Tuesday, January 1, 2008

Outdoors during the holidays

Schedules tend to be open during the holidays, and friends who are usually at work or school can visit. During the nice weather we'd had recently we've had visitors that have enjoyed the scenery and activities here.

On December 22nd a group of us celebrated the winter solstice, which is the shortest day of the year.

We walked along the Lindheimer trail that is named for a famous early Texas botanist.

Here a we sit within a circle of Lacey oaks.

Laurie, a friend of mine, came out Saturday (December 29) with her daughter Carlene and her 3 children, Caitlyn 13, Peter 12, and Cameron 7. We started our adventure at the dinosaur tracks.

Comparisons of human foot size with the track size shows that the dinosaurs that made them were much larger than humans. Acrocanthosaurus, a meat eater that lived approximately 100 million years ago when our area was a sea shore, was about 25 to 30 feet from snout to tail tip. It probably weighed 2 to 4 tons, and had a mouthful of serrated teeth. It looked somewhat like T-rex but was considerably smaller and had longer arms for its size.

Next stop was fossil hill where many different kinds of fossils can be found.

The most common fossils are oysters, and they are the dominant fossil in this bed. There are other types of shells from critters in the same group, the Pelecypods (which include clams). A few snails, or Gastropods, and an occasional urchin, or Echinoid, are also found.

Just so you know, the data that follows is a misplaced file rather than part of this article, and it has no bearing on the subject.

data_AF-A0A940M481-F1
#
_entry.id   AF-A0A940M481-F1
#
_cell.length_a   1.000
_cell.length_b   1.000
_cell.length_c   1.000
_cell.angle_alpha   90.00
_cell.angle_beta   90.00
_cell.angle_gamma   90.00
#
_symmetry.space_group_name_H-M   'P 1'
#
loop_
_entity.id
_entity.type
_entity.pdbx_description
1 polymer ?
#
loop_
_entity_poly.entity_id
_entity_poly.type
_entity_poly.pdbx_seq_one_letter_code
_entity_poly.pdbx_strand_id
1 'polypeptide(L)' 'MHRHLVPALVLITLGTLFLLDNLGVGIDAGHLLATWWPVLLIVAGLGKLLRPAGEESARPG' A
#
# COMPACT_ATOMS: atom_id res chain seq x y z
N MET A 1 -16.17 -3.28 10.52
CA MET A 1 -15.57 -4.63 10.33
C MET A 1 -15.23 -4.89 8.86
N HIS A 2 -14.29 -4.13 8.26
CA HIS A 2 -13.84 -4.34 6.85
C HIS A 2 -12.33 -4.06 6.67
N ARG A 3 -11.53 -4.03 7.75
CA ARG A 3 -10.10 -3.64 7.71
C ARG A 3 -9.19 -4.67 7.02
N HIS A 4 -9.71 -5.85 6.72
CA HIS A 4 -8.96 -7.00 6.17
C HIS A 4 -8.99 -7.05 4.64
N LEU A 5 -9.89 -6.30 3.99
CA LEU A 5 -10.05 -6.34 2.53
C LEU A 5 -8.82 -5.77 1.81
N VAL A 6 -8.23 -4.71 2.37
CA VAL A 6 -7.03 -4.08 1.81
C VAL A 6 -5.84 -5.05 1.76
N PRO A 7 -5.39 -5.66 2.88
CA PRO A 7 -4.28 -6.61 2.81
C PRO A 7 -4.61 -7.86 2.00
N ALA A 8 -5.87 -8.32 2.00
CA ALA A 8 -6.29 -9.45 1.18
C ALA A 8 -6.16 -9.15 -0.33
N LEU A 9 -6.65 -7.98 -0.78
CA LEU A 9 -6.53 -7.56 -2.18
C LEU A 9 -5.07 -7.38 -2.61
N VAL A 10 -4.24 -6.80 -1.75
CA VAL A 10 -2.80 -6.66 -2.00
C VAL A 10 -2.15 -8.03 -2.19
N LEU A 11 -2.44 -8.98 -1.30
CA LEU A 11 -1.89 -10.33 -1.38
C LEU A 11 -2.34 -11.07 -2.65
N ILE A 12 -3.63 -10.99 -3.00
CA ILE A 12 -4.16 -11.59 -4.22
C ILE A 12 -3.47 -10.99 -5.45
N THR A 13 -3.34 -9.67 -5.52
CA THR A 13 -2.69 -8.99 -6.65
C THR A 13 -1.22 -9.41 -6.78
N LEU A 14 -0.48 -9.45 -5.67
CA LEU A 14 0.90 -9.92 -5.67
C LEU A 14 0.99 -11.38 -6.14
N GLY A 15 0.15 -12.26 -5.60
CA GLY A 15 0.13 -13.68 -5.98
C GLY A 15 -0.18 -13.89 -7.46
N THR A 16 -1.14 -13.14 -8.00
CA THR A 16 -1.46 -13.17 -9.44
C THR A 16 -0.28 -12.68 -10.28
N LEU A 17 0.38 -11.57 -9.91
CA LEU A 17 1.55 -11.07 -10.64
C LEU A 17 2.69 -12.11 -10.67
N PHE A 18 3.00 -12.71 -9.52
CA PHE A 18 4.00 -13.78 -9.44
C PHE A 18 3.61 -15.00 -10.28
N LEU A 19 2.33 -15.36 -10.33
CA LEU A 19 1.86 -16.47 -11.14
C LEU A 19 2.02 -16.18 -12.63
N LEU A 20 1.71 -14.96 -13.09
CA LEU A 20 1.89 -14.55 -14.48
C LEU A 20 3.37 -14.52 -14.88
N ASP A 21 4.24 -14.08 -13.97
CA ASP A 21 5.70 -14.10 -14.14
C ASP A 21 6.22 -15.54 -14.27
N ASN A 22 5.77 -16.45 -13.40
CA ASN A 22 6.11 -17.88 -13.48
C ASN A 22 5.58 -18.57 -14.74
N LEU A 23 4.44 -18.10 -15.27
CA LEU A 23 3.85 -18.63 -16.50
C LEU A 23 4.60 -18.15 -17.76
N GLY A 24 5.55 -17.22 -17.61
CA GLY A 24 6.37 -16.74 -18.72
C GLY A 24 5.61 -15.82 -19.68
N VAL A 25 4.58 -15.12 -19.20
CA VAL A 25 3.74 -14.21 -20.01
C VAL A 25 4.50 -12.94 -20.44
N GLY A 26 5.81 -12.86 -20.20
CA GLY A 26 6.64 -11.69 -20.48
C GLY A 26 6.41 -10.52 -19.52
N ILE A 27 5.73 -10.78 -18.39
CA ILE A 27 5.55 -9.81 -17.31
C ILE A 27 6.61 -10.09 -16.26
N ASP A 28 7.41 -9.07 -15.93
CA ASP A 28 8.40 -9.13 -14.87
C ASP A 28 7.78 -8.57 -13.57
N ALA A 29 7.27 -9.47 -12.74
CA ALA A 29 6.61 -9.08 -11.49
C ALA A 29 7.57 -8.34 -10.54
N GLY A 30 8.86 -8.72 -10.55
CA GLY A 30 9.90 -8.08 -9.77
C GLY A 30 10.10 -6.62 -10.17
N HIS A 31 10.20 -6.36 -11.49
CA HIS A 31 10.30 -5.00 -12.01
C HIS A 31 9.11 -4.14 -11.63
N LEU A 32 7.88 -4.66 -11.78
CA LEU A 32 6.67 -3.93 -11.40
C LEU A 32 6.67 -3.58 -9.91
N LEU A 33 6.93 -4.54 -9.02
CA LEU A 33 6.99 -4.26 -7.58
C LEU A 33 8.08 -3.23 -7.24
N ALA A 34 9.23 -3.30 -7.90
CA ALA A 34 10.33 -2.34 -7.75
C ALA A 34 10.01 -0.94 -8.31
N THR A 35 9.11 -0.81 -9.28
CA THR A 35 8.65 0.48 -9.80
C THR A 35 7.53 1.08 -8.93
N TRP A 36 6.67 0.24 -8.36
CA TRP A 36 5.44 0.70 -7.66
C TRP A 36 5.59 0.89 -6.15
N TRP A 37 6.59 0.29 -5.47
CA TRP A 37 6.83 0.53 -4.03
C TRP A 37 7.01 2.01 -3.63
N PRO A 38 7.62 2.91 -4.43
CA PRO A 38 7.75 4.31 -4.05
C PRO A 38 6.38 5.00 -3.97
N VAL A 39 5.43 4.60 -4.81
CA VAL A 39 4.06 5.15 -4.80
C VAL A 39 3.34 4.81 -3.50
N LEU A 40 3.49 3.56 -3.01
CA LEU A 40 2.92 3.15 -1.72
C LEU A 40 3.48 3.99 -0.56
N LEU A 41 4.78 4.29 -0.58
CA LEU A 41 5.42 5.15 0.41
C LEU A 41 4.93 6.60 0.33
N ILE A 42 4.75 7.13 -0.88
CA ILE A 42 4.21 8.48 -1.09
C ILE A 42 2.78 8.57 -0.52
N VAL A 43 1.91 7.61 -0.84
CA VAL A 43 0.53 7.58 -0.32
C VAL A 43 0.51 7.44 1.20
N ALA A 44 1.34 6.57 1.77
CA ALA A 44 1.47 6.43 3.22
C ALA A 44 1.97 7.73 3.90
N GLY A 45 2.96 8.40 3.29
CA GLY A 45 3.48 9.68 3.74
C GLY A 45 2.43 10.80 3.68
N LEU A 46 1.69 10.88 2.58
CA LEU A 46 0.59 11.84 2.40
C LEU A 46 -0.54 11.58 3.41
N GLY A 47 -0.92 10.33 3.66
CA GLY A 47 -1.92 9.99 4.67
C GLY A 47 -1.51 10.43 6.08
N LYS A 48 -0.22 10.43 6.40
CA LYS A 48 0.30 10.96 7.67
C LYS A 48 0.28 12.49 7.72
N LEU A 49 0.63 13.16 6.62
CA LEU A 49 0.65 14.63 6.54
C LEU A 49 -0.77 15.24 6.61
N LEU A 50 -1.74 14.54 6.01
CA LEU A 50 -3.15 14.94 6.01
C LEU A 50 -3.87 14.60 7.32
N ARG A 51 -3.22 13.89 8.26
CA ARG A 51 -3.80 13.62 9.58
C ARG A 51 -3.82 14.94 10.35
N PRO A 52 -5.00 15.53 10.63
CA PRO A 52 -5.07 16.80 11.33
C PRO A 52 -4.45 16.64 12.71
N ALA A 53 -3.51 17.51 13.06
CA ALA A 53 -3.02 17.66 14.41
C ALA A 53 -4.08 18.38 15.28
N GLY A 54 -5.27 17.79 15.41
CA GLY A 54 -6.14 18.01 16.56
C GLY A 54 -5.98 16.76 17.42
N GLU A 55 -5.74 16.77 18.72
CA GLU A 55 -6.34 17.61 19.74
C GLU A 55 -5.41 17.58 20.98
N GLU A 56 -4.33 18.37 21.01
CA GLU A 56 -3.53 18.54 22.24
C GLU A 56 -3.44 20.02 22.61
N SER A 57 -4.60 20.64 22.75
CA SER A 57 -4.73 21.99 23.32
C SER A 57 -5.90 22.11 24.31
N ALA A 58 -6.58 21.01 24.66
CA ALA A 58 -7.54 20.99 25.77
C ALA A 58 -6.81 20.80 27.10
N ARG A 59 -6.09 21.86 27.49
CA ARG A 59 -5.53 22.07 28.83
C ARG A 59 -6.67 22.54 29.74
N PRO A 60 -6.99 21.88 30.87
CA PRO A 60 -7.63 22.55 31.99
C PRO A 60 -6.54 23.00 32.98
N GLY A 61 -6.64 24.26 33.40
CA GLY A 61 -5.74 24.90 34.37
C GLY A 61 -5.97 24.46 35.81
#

Commonly oyster shell fossils are found opened and the top and bottom shells are completely separated. Every once in a while an oyster is found with the top and bottom sealed together like this one in Caitlyn's hand.

Here is one where the two halves of the oyster were found together but when picked out of the clay bed they came apart. There is clay in the middle.

The limestone that was used to pave our road has lots of fossils in it and Caitlyn, Carlene, Peter and Cammy look for specimens as they return to our vehicle.

We visited fields where the Scimitar-horned oryx live. This type of oryx, which can no longer be found wild in its homeland, lived along the southern edge of the Sahara desert where grasslands existed. The region no longer supports grass due to drought and human development. They are part of the Species Survival Program and doing very well at Selah.

We stopped at Hes' Country Store on the way home, and Cammy decided that her stuffed penguin needed to have his picture taken with her and the wooden Indian on the porch.

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